Just like inbound marketing, inbound sales focuses on three key stages of the buyer’s journey: awareness, consideration, and the decision-making stage. Inbound sales actions correspond with each of these stages, just as inbound marketing actions do. If you’re curious about implementing inbound sales tactics to improve conversion rates and overall company growth for your company, here’s how each stage of the inbound sales buyer’s journey works, and what actions you should take during each of the four stages:

#1 Identify

If you’re doing inbound marketing right, your website is getting all kinds of leads every month. The first step in the inbound sales process is identifying which of those leads seem like the best fits for your company. You’ll need to look to see which leads are active in the buying cycle: active leads are downloading your content, interacting with your chatbot, and requesting quotes or demos.

When you’ve identified the leads that seem like the best fit for your company, do your research. Personalization is a cornerstone of the inbound methodology, and it's what makes inbound sales so effective. Click To Tweet The more you know about your prospect’s previous experiences with your company and the pain points they’re looking to solve, the more effective you’ll be as an inbound salesperson.

The identify stage is a good place to implement triggered events technology so you can immediately see which prospects are diving further into your site and available content, and who seem to have an active interest in what you’re offering. The more quickly you can reach out — even while a prospect is actively surfing your site — the more positive response you’re likely to see.

Inbound Sales Actions to Take During the Identify Stage:

  • Identify qualified prospects
  • Define those qualified prospects according to their buyer personas
  • Research prospect companies, and familiarize yourself with your specific prospect’s role in that company.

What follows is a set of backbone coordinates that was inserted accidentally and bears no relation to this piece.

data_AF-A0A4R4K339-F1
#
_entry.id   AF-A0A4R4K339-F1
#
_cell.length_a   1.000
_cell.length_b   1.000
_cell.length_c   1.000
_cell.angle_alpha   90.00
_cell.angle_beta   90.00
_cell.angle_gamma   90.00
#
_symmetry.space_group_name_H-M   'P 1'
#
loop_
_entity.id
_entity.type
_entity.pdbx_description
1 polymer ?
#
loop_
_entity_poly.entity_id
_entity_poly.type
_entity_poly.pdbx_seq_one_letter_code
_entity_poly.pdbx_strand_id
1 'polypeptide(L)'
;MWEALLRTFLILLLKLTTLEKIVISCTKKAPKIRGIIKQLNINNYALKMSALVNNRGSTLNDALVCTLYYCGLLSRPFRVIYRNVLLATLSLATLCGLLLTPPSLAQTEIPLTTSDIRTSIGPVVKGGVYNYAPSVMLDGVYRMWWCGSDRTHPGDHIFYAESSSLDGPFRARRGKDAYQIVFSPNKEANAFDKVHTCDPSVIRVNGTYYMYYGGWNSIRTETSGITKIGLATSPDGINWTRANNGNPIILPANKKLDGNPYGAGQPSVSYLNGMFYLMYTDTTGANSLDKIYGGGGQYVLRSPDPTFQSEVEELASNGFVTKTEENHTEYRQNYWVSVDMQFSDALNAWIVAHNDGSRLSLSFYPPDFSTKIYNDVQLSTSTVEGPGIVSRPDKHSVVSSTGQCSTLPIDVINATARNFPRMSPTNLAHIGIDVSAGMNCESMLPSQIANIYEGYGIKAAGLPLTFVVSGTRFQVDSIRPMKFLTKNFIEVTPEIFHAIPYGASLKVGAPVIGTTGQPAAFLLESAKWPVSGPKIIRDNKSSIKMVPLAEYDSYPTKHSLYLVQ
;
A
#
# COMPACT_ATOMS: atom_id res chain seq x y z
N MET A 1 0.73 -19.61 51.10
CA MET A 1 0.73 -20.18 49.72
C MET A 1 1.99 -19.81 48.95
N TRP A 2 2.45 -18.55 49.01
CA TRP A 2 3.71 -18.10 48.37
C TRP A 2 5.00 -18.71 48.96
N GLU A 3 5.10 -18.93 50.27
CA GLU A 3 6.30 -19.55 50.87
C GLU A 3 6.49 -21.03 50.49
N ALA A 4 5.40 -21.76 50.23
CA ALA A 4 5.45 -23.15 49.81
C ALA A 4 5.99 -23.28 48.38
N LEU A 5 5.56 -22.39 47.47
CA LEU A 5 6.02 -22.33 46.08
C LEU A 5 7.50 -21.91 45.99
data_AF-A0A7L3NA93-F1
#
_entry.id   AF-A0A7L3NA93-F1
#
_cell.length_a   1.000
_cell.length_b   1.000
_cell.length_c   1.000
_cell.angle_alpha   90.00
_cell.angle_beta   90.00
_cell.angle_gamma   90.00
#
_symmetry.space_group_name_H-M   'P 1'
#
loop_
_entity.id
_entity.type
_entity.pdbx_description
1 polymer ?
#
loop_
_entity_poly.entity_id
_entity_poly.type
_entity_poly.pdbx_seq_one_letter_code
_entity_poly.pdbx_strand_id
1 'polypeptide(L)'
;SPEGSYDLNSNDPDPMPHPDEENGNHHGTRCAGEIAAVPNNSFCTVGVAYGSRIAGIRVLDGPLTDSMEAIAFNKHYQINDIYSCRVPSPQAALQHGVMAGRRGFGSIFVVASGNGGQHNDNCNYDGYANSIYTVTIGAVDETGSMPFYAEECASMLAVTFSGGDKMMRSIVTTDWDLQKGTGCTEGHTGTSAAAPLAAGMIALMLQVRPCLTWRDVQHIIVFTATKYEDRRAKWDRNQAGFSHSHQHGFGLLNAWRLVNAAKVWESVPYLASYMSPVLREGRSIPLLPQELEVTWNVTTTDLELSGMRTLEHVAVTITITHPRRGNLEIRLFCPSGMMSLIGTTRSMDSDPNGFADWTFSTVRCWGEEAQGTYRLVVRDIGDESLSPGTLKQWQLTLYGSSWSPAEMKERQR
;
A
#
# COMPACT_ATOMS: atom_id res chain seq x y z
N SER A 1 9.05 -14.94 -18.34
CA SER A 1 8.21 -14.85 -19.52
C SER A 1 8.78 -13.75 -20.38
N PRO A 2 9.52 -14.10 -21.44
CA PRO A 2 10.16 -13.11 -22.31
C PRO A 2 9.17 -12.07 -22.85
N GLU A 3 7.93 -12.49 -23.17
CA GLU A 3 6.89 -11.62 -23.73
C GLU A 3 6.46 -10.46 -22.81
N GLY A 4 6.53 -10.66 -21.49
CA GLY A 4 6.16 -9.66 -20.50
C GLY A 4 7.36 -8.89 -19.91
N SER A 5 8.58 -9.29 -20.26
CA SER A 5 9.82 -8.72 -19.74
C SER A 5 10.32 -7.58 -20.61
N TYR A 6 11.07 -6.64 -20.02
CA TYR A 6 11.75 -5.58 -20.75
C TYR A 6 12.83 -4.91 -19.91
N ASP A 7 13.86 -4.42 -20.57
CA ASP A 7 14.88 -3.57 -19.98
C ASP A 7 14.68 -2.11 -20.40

• Implement triggered technology to alert you every time a qualified prospect takes an action on your website

#2 Connect

Now that you know a little about your prospect, it’s time to get in touch. Remember that the point of inbound isn’t to push products, but rather to offer assistance. To offer the best assistance, you have to know who you’re talking to.

If you didn’t do it in the Identify stage, now is the time to define your prospect according to your buyer personas. When you understand what persona your prospect fits into, as well as where they are in the buyer’s journey, you can easily determine which content to send that prospect and through which medium.

For example, if a prospect has downloaded a few content offers that speak to awareness-stage concerns, you know that to keep them moving through the buyer’s journey, you’ll need to send them something that’s related to the consideration stage. When you also know that the prospect falls into a younger, millennial-age buyer persona, you’ll know that they’ll respond best to an email or chat message.

Every persona is different — some prefer email, some prefer phone calls, and still others prefer to interface via video or even chatbot. To get the best response rate, you need to know who you’re talking to, so you can decide how best to talk to them.

Inbound Sales Actions to Take During the Connect Stage:

  • Understand the prospect’s place in the buyer’s journey
  • Determine the best content for that prospect
  • Double-check their buyer persona to make sure you connect through the right medium
  • Connect by sending over relevant content, and asking specific questions that speak to that prospect’s challenges, interests, and goals.

#3 Explore

Once you’ve made contact with a prospect, it’s time to explore their goals for working with your company. In most cases, people aren’t motivated to make a change unless something isn’t working well, or they’d like to improve some aspect of their business or personal life. The explore stage is your time to talk through that situation with your prospect.

Start by asking what challenges they’re having. You might even ask what drew them to your product or service in particular. When you have a clear picture of what their challenges are, and how those challenges are keeping their company from reaching their goals, you can offer up information they might be interested in that helps solve some of those challenges.

This is also the time to talk about budget and timeline. Be sure to offer up plans that respect that budget, and that can meet their timeline.

At this point in the buyer’s journey (the consideration stage), your prospect has likely narrowed their options down to two or three companies. Specificity and personalization are what will set you apart.  

Make sure you’re impressing the key points that make your company stand out, in a way that relates to your prospect’s specific challenges. You shouldn’t bad-mouth competitors, but do take time to emphasize the key aspects of your company that put you above the rest, especially if those key aspects go a long way in solving that prospect’s unique challenges.

Inbound Sales Actions to Take During the Explore Stage:

  • Explore any challenges the prospect is experiencing
  • Determine how those challenges affect the prospect’s goals
  • Discuss budget
  • Offer plans and solutions that fit the prospect’s specific challenges and goals.

#4 Advise